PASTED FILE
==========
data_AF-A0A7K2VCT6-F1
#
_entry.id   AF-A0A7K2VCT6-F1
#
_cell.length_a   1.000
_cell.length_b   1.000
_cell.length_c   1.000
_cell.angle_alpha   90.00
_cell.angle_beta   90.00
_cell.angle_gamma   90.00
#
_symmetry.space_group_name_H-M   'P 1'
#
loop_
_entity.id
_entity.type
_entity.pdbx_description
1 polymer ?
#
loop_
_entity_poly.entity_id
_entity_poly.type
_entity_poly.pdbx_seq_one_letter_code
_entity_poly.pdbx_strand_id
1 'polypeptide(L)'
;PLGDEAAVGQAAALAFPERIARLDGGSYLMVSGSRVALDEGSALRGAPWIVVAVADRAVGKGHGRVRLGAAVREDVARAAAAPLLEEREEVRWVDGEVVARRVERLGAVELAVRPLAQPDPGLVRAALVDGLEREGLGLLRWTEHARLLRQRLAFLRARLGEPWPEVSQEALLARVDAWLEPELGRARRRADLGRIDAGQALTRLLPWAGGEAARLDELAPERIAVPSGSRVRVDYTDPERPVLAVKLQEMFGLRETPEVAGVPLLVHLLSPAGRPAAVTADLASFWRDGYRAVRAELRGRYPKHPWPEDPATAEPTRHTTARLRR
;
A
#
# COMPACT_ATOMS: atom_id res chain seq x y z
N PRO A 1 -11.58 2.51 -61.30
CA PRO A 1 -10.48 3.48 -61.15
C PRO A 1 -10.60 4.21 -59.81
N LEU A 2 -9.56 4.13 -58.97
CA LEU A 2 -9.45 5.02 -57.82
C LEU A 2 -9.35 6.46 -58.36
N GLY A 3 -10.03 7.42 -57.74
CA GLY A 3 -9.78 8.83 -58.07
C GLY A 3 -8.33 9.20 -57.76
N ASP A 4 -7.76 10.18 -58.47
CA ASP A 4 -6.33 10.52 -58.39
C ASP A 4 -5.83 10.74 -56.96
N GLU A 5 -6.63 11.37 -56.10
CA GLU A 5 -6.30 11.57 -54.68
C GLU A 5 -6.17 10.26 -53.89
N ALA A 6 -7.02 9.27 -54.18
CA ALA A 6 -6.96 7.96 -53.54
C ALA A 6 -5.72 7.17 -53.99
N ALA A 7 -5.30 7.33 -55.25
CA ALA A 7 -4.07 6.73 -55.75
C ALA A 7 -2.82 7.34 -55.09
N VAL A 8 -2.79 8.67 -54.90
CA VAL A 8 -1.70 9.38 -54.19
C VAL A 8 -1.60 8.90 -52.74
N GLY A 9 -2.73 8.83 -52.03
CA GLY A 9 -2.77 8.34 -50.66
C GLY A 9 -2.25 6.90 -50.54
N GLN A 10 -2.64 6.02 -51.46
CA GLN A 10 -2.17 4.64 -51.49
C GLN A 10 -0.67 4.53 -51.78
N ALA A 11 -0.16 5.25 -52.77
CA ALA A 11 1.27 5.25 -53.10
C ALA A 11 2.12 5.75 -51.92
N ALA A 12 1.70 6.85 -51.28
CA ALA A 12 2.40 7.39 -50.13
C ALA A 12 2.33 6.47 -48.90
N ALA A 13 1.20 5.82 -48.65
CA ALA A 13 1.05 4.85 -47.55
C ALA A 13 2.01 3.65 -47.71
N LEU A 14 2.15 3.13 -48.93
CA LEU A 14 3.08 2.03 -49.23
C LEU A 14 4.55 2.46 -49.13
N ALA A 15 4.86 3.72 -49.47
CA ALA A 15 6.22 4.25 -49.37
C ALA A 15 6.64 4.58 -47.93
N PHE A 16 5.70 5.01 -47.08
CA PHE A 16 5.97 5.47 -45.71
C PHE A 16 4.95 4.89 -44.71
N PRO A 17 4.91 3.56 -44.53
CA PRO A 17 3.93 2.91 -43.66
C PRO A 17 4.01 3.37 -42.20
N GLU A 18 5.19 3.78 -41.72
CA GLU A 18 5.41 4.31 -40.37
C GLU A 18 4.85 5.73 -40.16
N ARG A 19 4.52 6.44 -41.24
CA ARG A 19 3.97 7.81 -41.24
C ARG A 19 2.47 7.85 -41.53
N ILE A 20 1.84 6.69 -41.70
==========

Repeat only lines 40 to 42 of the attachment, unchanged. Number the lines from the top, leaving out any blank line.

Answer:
N ASP A 4 -7.76 10.18 -58.47
CA ASP A 4 -6.33 10.52 -58.39
C ASP A 4 -5.83 10.74 -56.96